ESTIMATION+ MEASUREMENT O, EVAPORATION
This is done b the following methods
• 8sing evaporimeters
• 8sing empirical equations
• B analtical methods
T-PES O, EVAPORIMETERS
E"aporimeters ) These are pans containing water which are e5posed to the atmosphere. 3oss of
water b evaporation from these pans are measured at regular intervals "dail'. <eteorological
data such as humidit, wind velocit, air and water temperatures, and precipitation are also
measured and noted along with evaporation.
#1$ US&. /!ass A E"aporation Pan
• - pan of diameter =9=>mm and depth 9$$mm
• 1epth of water is maintained between =% and 9>cm
• The pan is made of unpainted ?, sheet
• The pan is placed on a wooden platform of height =$cm above ground level to allow free air
circulation below the pan
• Evaporation is measured b measuring the depth of water in a stilling well with a hoo4 gauge
6igure@ 8/?/ Alass - Evaporation Pan
#0$ ISI Standard Pan
• /pecified b ,/@$BC: and 4nown as the modified Alass - Pan
• - pan of diameter =99>mm and depth 9$$mm
• The pan is made of copper sheet >.Bmm thic4, tinned inside and painted white outside
• The pan is placed on a square wooden platform of width =99$mm and height =>>mm above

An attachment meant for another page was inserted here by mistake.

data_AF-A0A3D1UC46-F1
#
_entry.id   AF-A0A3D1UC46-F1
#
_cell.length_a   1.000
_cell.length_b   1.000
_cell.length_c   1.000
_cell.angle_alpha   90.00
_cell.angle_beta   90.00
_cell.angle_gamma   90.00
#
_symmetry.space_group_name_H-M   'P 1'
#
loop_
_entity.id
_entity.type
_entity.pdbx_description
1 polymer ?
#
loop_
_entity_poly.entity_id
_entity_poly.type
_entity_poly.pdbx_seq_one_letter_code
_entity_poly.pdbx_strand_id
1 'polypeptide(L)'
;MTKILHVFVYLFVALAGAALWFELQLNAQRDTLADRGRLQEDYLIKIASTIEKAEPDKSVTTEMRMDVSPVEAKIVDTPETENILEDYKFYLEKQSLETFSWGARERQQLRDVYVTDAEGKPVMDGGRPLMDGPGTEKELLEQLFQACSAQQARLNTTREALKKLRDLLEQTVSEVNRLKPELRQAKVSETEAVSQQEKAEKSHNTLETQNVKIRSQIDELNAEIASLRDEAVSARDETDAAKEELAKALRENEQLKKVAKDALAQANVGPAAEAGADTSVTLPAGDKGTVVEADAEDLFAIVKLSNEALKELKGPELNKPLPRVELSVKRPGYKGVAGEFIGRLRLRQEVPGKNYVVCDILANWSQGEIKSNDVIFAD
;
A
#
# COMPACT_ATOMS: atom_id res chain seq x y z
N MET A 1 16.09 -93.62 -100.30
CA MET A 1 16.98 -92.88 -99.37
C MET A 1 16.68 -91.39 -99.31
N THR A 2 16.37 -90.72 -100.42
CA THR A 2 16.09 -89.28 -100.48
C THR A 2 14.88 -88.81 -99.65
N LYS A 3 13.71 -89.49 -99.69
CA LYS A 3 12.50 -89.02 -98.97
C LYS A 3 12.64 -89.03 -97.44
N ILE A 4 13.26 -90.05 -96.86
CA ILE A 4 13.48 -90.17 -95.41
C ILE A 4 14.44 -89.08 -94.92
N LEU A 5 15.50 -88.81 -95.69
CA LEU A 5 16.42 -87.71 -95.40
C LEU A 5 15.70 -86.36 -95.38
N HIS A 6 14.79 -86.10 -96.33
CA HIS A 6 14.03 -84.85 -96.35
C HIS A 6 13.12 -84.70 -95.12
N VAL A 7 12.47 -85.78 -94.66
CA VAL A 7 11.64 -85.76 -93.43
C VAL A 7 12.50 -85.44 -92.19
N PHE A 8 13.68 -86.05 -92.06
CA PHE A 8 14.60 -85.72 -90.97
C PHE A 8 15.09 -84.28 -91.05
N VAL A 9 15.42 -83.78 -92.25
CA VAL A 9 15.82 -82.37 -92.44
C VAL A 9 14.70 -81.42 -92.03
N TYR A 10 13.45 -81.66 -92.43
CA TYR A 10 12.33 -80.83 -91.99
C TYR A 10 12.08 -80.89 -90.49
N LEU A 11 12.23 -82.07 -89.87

ground level to allow free air circulation below the pan
• - fi5ed point gauge indicates the level of water
• +ater is added to or removed from the pan to maintain the water level at a fi5ed mar4 using a
calibrated clindrical measure
• The top of the pan is covered with a he5agonal wire net of ?, to protect water in the pan from
• Presence of the wire mesh ma4es the temperature of water more uniform during the da and
• Evaporation from this pan is about =D; lower as compared to that from an unscreened pan
6igure@ ,/, Evaporation Pan
#1$ /o!orado S%n2en Pan
• B9>mm square pan made of unpainted ?, sheet, DE>mm deep, and buried into the ground
within =>>mm of the top
• <ain advantage of this pan ) its aerodnamic and radiation characteristics are similar to that of
• 1isadvantages ) difficult to detect lea4s, e5pensive to install, e5tra care is needed to 4eep the
surrounding area free from tall grass, dust etc
6igure@ Aolorado /un4en Pan
#3$ US4S ,!oating Pan
• - square pan of B>>mm sides and D$>mm deep
• /upported b drum floats in the middle of a raft of si0e D.9$m 5 D.%Cm, it is set afloat in a la4e
with a view to simulate the characteristics of a large bod of water
• +ater level in the pan is maintained at the same level as that in the la4e, leaving a rim of C$mm
• 1iagonal baffles are provided in the pan to reduce surging in the pan due to wave action
• 1isadvantages ) Figh cost of installation and maintenance, difficult in ma4ing measurements
• Evaporation pans are not e5act models of large reservoirs
• Their maGor drawbac4s are the following@
) The differ from reservoirs in the heat storage capacit and heat transfer characteristics from
the sides and the bottom "sun4en and floating pans aim to minimise this problem'. Fence
evaporation from a pan depends to some e5tent on its si0e "Evaporation from a pan of about :m
dia is almost the same as that from a large la4e whereas that from a pan of about =m dia is about